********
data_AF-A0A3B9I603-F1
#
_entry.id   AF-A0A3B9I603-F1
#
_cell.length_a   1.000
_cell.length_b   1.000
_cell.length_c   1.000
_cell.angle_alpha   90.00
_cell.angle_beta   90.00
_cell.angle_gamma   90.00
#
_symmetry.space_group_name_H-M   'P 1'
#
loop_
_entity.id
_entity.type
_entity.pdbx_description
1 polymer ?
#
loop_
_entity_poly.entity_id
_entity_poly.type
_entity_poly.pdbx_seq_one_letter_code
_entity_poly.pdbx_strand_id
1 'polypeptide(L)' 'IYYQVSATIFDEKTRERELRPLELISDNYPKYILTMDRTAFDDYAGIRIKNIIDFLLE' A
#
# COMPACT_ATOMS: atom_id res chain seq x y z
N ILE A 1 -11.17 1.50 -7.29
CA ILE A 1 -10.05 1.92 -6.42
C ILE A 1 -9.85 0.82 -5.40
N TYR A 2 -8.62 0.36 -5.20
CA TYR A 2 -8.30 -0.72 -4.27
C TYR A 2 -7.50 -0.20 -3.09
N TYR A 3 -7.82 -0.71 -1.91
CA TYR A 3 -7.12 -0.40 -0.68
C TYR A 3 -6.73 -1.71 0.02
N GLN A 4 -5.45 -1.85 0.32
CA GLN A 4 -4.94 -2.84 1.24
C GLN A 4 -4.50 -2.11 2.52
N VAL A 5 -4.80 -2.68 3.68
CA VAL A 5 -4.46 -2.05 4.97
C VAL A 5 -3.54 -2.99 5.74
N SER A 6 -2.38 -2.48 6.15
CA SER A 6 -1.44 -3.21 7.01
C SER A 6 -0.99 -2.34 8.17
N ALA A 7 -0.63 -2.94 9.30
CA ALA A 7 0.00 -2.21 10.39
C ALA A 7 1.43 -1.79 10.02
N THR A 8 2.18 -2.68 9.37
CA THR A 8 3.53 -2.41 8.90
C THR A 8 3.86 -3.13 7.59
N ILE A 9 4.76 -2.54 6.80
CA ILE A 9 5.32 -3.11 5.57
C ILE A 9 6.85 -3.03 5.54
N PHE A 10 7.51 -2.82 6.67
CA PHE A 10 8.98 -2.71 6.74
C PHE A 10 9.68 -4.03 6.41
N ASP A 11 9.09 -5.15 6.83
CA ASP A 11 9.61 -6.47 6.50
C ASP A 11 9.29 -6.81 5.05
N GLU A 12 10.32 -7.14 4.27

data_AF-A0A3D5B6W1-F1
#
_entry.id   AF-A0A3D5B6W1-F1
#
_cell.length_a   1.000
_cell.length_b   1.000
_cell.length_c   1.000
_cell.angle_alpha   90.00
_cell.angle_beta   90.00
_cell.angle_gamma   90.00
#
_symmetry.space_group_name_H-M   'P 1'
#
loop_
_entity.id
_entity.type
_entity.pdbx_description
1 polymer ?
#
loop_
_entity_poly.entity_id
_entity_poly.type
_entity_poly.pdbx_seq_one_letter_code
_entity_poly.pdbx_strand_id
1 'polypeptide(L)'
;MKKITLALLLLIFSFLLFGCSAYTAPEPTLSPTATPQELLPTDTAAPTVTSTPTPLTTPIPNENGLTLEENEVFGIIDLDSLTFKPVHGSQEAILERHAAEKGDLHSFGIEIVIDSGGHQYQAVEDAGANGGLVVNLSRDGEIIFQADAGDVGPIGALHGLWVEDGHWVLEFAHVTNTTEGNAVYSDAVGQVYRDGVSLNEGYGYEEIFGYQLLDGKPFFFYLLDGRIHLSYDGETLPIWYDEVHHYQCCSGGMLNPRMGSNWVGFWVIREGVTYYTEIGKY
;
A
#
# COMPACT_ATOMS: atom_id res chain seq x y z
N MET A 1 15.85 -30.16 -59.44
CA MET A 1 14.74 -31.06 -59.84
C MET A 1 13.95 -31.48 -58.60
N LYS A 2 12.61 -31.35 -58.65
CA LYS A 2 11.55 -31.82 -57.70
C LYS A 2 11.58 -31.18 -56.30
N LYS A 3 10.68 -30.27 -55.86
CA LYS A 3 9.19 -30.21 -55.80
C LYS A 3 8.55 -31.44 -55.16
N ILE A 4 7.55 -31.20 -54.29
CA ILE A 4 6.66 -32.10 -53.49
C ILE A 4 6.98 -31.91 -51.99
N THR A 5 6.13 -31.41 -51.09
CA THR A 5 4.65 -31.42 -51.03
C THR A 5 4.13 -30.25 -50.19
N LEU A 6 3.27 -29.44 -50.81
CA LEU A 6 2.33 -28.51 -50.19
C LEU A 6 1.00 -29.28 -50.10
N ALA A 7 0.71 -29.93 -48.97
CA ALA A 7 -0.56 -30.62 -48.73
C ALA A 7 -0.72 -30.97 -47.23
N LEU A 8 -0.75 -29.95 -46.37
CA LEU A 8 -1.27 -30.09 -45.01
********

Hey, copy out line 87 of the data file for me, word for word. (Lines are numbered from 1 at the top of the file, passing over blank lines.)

;MKKITLALLLLIFSFLLFGCSAYTAPEPTLSPTATPQELLPTDTAAPTVTSTPTPLTTPIPNENGLTLEENEVFGIIDLDSLTFKPVHGSQEAILERHAAEKGDLHSFGIEIVIDSGGHQYQAVEDAGANGGLVVNLSRDGEIIFQADAGDVGPIGALHGLWVEDGHWVLEFAHVTNTTEGNAVYSDAVGQVYRDGVSLNEGYGYEEIFGYQLLDGKPFFFYLLDGRIHLSYDGETLPIWYDEVHHYQCCSGGMLNPRMGSNWVGFWVIREGVTYYTEIGKY